Many of the poorest neighborhoods in the City of Chicago face violent crimes. Since some studies have linked alcohol to different crimes, there is pressure on the city officials to close down liquor establishments. The local business owners, on the other hand, want to block such restrictions as it could negatively impact business and the social fabric of the City. In this sample, we will perform an illustrative analysis to find a find a possible relation between violent crimes and liquor establishments. This will also help us figure out if poverty and unemployment rate are factors which contribute to more crimes in a specific area of the city. We will be using the Crime Analysis data from ArcGIS Living Atlas of the World in order to perform this analysis. The data was orginally obtained from the 2014 Violent Crime Data in the City of Chicago data portal (https://data.cityofchicago.org).
Through this sample, we will demonstrate the utility of a number of spatial analysis methods including hot spot analysis, feature overlay, data enrichment and spatial selection using ArGIS API for Python.
Further, based on the results of the analysis, this sample will try to assist with an effective solution to this problem.
Table of Contents
- Outline of Steps
- Necessary Imports
- Connect to your GIS
- Get the data for the analysis
- Create a hot spot map of violent crime densities
- Create a hot spot map of liquor vendors to compare to the violent crime hot spot map
- Get poverty data for each of the polygon grids in the violent crime hot spot analysis layer
- Create a hot spot map of poverty
- Overlay the violent crime and liquor vendor to find where they overlap.
- Get the unemployment rate data matching the violent crime trends layer
- Create a hot spot map of the unemployment rate data
- Overlay the crime trends map with the unemployment hot spot map
- Select the high schools falling within a quarter mile of the proposed remediation areas
- Summary of tools
We will use the following workflow for the analysis:
- Retrieve Crime Analysis data.
- Plot the data on map for visualzation
- Perform spatial analysis:
- We will first create hotspots for the crime densities and liquor vendor layers. This will help is in visualizing the significant areas of crime incidences and liquor vendors.
- Enrich the crime layer with poverty and unemployment rate data using the enrich_layer tool.
- Visualize hotspots on the enriched layers.
- Use overlay tool to find relationship between crimes and liquor establishments. This will also help to know whether or not poverty and unemployment rate are factors contributing to more crimes in any specific area of the city.
- Suggest ways for reducing crime based on the results of our analysis
from datetime import datetime as dt from IPython.display import display from arcgis import GIS from arcgis.features.analyze_patterns import find_hot_spots from arcgis.features.enrich_data import enrich_layer from arcgis.features.manage_data import overlay_layers from arcgis.features.find_locations import find_existing_locations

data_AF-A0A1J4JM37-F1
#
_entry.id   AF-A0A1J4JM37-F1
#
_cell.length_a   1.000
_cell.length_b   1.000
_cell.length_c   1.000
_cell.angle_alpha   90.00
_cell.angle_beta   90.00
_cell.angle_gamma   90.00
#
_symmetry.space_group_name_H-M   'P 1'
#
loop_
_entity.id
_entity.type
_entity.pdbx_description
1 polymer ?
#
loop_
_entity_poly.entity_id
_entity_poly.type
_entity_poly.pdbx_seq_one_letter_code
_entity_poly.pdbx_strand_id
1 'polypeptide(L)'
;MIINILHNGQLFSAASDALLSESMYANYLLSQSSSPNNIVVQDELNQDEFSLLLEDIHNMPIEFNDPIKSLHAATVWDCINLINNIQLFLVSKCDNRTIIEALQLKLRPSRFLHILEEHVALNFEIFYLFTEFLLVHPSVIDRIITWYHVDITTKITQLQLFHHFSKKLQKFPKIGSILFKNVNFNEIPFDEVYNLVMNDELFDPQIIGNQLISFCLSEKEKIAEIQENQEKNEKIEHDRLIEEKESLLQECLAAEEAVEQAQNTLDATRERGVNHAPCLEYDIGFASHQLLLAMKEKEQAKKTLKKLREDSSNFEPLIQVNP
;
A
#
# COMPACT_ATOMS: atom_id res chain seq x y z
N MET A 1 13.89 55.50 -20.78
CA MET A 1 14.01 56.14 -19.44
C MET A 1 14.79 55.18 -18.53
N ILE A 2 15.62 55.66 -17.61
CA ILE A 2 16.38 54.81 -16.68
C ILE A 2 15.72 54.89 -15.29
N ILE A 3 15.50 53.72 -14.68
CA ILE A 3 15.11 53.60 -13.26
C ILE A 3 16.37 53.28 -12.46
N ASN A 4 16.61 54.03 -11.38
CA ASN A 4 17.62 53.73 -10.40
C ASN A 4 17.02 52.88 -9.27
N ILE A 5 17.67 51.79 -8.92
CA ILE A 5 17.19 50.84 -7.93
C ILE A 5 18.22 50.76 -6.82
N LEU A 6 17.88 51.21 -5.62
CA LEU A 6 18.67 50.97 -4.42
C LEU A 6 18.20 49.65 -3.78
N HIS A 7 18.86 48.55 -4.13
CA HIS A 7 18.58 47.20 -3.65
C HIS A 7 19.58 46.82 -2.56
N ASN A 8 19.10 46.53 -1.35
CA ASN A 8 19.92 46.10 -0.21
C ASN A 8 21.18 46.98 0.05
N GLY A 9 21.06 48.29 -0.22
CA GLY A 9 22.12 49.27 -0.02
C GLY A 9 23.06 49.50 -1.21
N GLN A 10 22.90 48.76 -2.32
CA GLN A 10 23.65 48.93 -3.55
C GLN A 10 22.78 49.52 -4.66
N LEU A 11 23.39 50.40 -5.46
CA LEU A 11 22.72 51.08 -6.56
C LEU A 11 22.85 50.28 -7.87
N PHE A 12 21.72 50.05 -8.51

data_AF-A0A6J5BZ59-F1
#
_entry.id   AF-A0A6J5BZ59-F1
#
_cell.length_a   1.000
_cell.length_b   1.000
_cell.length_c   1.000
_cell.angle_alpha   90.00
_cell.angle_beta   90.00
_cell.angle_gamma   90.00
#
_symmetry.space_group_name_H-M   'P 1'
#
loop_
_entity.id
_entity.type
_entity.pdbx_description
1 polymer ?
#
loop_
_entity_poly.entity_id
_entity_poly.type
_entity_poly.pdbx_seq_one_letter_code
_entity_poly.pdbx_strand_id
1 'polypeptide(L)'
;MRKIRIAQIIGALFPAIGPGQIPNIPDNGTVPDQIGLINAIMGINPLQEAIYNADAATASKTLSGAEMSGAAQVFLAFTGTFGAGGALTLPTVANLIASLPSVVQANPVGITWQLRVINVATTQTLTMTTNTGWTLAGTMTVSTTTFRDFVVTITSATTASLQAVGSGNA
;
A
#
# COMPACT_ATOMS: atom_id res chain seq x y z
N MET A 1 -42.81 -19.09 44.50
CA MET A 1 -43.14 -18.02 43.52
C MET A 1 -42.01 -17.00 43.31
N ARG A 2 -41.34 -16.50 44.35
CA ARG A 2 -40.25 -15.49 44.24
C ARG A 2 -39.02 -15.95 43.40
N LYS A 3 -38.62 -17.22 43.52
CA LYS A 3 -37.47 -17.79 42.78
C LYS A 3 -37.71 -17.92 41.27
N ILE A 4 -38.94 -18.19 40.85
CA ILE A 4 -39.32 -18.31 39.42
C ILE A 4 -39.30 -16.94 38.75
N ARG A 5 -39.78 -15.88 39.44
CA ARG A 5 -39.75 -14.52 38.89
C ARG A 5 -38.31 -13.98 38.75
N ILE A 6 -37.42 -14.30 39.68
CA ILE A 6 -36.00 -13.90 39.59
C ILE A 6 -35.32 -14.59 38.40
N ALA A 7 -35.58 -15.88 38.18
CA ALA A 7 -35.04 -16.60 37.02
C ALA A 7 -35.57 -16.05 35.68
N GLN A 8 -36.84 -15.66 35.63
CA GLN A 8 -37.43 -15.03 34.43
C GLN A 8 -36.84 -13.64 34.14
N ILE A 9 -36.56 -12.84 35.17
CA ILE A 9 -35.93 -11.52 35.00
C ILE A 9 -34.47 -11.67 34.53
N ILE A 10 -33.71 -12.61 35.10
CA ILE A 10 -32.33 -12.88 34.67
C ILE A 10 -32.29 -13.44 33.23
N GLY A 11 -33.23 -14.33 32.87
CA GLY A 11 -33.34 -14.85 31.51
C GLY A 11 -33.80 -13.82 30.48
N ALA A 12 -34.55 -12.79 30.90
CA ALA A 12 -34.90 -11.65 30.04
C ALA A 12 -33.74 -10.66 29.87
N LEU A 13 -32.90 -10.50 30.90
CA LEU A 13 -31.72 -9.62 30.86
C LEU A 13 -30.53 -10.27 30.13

gis = GIS('home')
Search for CrimeAnalysisData layer in ArcGIS Online. We can search for content shared by users outside our organization by setting outside_org to True.
items = gis.content.search('title:CrimeAnalysisData owner:api_data_owner', 'feature layer')
for item in items: display(item)
We will use the first item for our analysis. Since the item is a Feature Layer Collection, accessing the layers property will give us a list of FeatureLayer objects.
crime_item = items
lyrs = crime_item.layers
The code below cycles through the layers and prints their names.
for lyr in lyrs: print(lyr.properties.name)
Public High Schools Liquor Vendors Violent Crime 2014 Analysis Boundary
We'll get the second layer and assign it to the
violent_crimes variable. Similarly, get the
violent_crimes = lyrs # Violent Crime 2014
analysis_boundary = lyrs # Analysis Boundary
Let's visualize the crime incidents on a map of Chicago.
crime_map = gis.map('Chicago') crime_map
It is difficult to discern spatial patterns with so many points on the map. To make sense of the more than 22,000 crime points, and over 1,500 business points, we will map them using hot spot analysis.
We can add a number of different layer objects such as FeatureLayer, FeatureCollection, ImageryLayer, MapImageLayer to the map by calling the add_layer() method.
ArcGIS has a set of tools to help us identify, quantify and visualize satial patterns in our data by identifying areas of statistically significant clusters.
find_hot_spots tool allows us to visualize areas having such clusters.
crime_hot_spots = find_hot_spots(violent_crimes, output_name='ViolentCrimeHotSpots' + str(dt.now().microsecond), bounding_polygon_layer=analysis_boundary)
crime_spots_map = gis.map('Chicago') crime_spots_map